Sometimes this happens. This happens every now and then. You call it nostalgia, cherishing memories! Or call it a perfumery spreading fragrance all around. Sometimes this happens… when the human characters are blended in that smell in such a way that one could hardly feel anything else! The mise-en-scene gets enlivened in front of your eyes; your senses get assimilated in the play.
“Tomar Aami”- the newest production of Ganakrishti, succeeds to infuse such an arresting perfume throughout. You smile unknowingly, a plop of tears go down, that too unknowingly. It becomes a complete trip with the simple stagecraft, background, performances, a warm feeling leaving behind.
An educated middle-aged man, named Ajit, runs a bookstore started by his grandfather. But he has a conservative approach towards life, towards books, towards the way of running a traditional business and everything else. And a young girl, Maya is a dweller of a slum, not very well educated, foul-mouthed, but she has an unearthly passion for books. She wants to grasp her inner self and does believe only books can help her out there. So she joins Ajit’s shop as a sales girl. Because that will give her a chance to spend the day with books surrounding her. There are the only three characters in the play, more accurately two humane characters and Books, the spinal cord of the story!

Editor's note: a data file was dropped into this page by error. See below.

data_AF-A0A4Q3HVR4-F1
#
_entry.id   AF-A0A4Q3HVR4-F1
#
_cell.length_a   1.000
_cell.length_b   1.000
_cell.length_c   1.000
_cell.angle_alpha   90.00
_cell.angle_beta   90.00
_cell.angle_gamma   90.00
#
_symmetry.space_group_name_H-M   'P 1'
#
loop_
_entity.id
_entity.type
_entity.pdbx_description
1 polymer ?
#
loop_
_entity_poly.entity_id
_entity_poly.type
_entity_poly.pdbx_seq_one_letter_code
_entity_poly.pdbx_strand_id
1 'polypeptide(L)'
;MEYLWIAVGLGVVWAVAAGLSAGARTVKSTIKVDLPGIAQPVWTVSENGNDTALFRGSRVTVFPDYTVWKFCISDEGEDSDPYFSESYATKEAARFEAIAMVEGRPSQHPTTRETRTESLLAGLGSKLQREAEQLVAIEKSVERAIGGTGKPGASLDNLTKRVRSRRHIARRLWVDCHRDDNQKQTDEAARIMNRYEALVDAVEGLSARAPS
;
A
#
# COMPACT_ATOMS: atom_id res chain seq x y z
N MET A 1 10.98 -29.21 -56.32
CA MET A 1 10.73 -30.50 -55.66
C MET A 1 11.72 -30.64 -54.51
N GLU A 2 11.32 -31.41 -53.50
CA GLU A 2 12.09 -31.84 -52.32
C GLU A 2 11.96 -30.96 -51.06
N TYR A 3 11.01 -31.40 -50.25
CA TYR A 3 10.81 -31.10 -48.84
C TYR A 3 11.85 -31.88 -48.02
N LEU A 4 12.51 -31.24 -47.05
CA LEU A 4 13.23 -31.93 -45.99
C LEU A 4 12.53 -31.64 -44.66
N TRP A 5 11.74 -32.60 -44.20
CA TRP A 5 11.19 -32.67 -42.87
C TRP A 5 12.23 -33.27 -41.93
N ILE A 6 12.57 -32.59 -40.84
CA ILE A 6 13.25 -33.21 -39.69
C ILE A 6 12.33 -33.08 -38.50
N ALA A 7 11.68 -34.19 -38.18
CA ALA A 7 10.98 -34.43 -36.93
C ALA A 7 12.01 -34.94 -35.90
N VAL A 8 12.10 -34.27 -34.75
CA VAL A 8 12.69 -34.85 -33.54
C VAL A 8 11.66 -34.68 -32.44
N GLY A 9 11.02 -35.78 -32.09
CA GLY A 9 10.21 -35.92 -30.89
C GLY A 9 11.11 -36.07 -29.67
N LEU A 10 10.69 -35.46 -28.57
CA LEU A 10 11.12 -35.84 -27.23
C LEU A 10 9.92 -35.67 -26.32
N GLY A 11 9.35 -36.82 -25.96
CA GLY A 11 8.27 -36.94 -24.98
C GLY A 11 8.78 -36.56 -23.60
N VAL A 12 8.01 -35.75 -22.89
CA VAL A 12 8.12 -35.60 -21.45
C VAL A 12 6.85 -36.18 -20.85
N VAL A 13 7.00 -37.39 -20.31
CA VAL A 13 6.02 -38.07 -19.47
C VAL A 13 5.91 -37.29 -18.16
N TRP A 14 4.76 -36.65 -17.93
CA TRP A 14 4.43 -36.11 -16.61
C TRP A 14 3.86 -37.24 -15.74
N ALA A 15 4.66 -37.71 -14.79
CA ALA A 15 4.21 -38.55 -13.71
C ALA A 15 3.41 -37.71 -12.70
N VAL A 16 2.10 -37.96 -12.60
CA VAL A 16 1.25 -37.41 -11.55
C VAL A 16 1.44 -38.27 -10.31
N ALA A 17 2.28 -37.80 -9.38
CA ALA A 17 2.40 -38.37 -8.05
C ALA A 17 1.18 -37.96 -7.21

And there, the books, the letters both written and un-written, the words spoken and unspoken actually hook the spectators to the live visuals. It’s the context of the ocean of black, little characters bound in hard or soft covers- whom we lovingly call books, play the actual mind-game, the game of emotions, tears, nostalgia! And there the play becomes watchable, enjoyable.
Ajit and Maya have conflicts due to difference in thinking. They belong to two distinctively different strata of the society. But where books connect hearts, nothing else really should matter. And so Ajit finally surrenders to Maya’s passion and permits her to manage the shop and run it in the way she wants. Debshankar Haldar (here Ajit) of late has become an inseparable part of almost all significant Bengali theatre productions, which sometimes becomes a tiring thing to watch. But not to like his performance especially here, in a middle-aged bookseller’s character, will be a criticism for criticism’s sake only. Bindiya Ghosh manages to deliver a commendable performance, especially in the second half. In the first half though, her accents are a bit too imposed. The body language of a slum-girl is not very tactfully etched. So, the first half of the play seems to be dragged, whereas in the next half, the chemistry of the two evolves to create a matured ending.
Above all, Evald Flisar’s ‘Take me into your hands’ takes complete Bengali attire in this theatre production. College Street boi-para blends with Slovenian origin. And then again, the spirit of living with books glorifies an evening.